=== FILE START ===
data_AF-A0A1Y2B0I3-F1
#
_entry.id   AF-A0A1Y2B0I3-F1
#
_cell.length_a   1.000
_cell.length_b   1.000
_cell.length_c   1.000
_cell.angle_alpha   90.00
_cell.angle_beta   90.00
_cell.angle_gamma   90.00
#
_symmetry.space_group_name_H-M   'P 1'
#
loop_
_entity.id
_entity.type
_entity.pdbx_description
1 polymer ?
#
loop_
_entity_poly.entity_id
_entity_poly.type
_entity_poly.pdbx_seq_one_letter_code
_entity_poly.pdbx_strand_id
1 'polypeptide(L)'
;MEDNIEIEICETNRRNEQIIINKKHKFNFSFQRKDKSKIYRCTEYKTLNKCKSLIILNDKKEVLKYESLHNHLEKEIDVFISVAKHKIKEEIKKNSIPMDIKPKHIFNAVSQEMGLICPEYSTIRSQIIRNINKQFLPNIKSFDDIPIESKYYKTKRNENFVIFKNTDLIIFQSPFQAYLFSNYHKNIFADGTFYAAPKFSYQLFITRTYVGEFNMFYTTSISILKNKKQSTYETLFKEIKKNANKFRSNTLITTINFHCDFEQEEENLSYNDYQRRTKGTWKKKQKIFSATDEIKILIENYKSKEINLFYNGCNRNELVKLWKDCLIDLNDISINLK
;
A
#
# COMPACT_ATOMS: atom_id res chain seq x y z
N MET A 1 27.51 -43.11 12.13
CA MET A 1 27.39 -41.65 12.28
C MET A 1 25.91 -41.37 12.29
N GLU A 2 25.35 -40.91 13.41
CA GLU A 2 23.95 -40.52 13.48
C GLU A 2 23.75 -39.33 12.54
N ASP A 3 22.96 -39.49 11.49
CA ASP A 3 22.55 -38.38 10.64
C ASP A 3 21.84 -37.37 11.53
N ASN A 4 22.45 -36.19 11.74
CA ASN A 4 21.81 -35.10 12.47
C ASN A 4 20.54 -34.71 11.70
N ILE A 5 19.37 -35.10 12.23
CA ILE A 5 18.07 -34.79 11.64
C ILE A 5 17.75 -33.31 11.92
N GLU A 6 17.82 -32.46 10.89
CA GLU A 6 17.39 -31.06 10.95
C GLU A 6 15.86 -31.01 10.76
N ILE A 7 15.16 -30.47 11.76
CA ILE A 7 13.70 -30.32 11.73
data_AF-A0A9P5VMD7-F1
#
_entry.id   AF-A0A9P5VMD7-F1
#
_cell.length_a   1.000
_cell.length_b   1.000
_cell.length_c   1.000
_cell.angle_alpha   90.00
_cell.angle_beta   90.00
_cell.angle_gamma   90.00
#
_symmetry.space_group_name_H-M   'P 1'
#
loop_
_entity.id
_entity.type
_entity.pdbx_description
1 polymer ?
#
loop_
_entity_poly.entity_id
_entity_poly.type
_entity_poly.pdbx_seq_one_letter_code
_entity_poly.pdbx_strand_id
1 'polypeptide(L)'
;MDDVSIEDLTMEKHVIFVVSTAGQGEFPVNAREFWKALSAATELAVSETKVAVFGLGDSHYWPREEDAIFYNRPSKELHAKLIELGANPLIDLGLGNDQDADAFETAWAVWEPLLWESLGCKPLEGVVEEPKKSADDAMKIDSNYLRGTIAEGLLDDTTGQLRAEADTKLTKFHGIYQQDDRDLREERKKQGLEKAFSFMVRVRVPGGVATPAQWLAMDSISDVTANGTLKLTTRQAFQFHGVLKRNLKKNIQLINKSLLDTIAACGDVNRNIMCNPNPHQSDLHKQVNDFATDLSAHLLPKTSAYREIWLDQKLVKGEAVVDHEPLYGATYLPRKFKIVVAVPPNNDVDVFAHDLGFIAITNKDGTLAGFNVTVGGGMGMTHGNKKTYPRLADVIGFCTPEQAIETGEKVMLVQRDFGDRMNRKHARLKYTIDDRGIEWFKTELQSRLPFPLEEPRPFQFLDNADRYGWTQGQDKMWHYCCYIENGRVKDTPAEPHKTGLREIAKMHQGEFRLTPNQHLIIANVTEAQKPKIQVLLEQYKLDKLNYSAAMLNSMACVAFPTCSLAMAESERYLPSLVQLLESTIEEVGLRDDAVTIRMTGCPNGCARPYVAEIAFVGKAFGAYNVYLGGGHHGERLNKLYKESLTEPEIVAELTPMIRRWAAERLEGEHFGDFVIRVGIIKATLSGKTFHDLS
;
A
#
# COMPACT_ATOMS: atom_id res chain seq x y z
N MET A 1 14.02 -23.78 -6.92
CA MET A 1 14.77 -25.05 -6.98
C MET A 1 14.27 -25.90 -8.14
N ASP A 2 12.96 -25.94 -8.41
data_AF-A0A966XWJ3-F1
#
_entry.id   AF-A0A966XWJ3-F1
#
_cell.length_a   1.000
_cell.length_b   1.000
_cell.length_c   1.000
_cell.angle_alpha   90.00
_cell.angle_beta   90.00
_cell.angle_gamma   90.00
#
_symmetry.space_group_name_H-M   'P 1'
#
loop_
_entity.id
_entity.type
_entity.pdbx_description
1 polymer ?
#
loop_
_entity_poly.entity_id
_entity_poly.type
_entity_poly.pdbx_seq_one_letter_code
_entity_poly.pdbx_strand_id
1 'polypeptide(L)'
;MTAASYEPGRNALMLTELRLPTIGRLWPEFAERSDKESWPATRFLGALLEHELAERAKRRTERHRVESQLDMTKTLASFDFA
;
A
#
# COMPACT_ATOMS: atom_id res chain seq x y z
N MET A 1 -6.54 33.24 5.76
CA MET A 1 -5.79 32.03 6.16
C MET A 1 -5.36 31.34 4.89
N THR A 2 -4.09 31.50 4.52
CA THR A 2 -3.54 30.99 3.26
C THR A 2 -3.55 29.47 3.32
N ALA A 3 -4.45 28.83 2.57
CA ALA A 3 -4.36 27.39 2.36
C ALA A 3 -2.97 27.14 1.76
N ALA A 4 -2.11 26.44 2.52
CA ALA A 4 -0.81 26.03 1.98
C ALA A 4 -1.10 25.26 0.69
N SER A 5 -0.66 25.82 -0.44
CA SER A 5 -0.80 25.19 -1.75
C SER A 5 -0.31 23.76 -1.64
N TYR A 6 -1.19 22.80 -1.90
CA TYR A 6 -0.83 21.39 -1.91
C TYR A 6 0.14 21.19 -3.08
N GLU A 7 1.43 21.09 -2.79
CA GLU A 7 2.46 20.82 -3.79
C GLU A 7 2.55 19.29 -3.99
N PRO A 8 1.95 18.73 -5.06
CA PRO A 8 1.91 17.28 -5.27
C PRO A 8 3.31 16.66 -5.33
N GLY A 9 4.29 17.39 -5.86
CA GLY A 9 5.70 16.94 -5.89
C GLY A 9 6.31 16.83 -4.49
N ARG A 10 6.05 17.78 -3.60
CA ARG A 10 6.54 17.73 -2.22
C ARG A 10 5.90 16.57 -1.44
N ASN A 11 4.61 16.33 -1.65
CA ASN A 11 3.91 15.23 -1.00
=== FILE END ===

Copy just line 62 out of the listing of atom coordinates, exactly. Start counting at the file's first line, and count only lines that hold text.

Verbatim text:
_symmetry.space_group_name_H-M   'P 1'